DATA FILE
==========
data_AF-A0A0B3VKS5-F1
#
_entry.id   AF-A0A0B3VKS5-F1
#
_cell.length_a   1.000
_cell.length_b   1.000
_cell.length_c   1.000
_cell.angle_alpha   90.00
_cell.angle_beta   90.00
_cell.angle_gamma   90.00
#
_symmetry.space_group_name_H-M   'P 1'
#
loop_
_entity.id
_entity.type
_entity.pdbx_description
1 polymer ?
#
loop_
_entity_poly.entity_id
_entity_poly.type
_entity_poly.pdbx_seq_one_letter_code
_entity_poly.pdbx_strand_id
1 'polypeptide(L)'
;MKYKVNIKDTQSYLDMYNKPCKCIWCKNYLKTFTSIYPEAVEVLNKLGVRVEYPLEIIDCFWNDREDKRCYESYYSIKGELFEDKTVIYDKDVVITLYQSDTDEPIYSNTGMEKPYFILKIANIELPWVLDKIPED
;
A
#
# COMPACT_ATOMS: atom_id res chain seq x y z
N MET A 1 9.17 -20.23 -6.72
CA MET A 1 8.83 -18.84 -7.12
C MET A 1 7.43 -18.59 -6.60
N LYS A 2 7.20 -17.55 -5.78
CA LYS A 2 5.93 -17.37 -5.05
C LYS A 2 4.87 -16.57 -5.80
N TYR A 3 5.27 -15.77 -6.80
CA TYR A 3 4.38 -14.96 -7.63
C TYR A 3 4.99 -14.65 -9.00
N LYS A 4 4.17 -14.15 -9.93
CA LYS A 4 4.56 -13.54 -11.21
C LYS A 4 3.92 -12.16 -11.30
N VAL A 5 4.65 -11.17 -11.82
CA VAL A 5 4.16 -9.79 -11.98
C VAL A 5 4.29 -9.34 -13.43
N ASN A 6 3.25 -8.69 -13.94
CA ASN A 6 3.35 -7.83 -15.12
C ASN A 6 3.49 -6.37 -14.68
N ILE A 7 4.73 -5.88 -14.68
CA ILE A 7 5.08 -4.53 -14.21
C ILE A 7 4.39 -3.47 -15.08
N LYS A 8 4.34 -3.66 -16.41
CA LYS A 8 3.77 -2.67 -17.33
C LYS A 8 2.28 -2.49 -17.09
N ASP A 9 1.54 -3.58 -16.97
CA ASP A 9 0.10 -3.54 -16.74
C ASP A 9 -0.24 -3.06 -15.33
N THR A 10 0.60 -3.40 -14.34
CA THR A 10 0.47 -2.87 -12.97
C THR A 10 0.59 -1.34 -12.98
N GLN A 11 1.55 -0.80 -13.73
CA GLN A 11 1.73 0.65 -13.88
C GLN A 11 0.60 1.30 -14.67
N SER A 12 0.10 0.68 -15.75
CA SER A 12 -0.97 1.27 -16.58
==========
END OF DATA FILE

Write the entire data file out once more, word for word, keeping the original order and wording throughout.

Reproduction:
data_AF-A0A0B3VKS5-F1
#
_entry.id   AF-A0A0B3VKS5-F1
#
_cell.length_a   1.000
_cell.length_b   1.000
_cell.length_c   1.000
_cell.angle_alpha   90.00
_cell.angle_beta   90.00
_cell.angle_gamma   90.00
#
_symmetry.space_group_name_H-M   'P 1'
#
loop_
_entity.id
_entity.type
_entity.pdbx_description
1 polymer ?
#
loop_
_entity_poly.entity_id
_entity_poly.type
_entity_poly.pdbx_seq_one_letter_code
_entity_poly.pdbx_strand_id
1 'polypeptide(L)'
;MKYKVNIKDTQSYLDMYNKPCKCIWCKNYLKTFTSIYPEAVEVLNKLGVRVEYPLEIIDCFWNDREDKRCYESYYSIKGELFEDKTVIYDKDVVITLYQSDTDEPIYSNTGMEKPYFILKIANIELPWVLDKIPED
;
A
#
# COMPACT_ATOMS: atom_id res chain seq x y z
N MET A 1 9.17 -20.23 -6.72
CA MET A 1 8.83 -18.84 -7.12
C MET A 1 7.43 -18.59 -6.60
N LYS A 2 7.20 -17.55 -5.78
CA LYS A 2 5.93 -17.37 -5.05
C LYS A 2 4.87 -16.57 -5.80
N TYR A 3 5.27 -15.77 -6.80
CA TYR A 3 4.38 -14.96 -7.63
C TYR A 3 4.99 -14.65 -9.00
N LYS A 4 4.17 -14.15 -9.93
CA LYS A 4 4.56 -13.54 -11.21
C LYS A 4 3.92 -12.16 -11.30
N VAL A 5 4.65 -11.17 -11.82
CA VAL A 5 4.16 -9.79 -11.98
C VAL A 5 4.29 -9.34 -13.43
N ASN A 6 3.25 -8.69 -13.94
CA ASN A 6 3.35 -7.83 -15.12
C ASN A 6 3.49 -6.37 -14.68
N ILE A 7 4.73 -5.88 -14.68
CA ILE A 7 5.08 -4.53 -14.21
C ILE A 7 4.39 -3.47 -15.08
N LYS A 8 4.34 -3.66 -16.41
CA LYS A 8 3.77 -2.67 -17.33
C LYS A 8 2.28 -2.49 -17.09
N ASP A 9 1.54 -3.58 -16.97
CA ASP A 9 0.10 -3.54 -16.74
C ASP A 9 -0.24 -3.06 -15.33
N THR A 10 0.60 -3.40 -14.34
CA THR A 10 0.47 -2.87 -12.97
C THR A 10 0.59 -1.34 -12.98
N GLN A 11 1.55 -0.80 -13.73
CA GLN A 11 1.73 0.65 -13.88
C GLN A 11 0.60 1.30 -14.67
N SER A 12 0.10 0.68 -15.75
CA SER A 12 -0.97 1.27 -16.58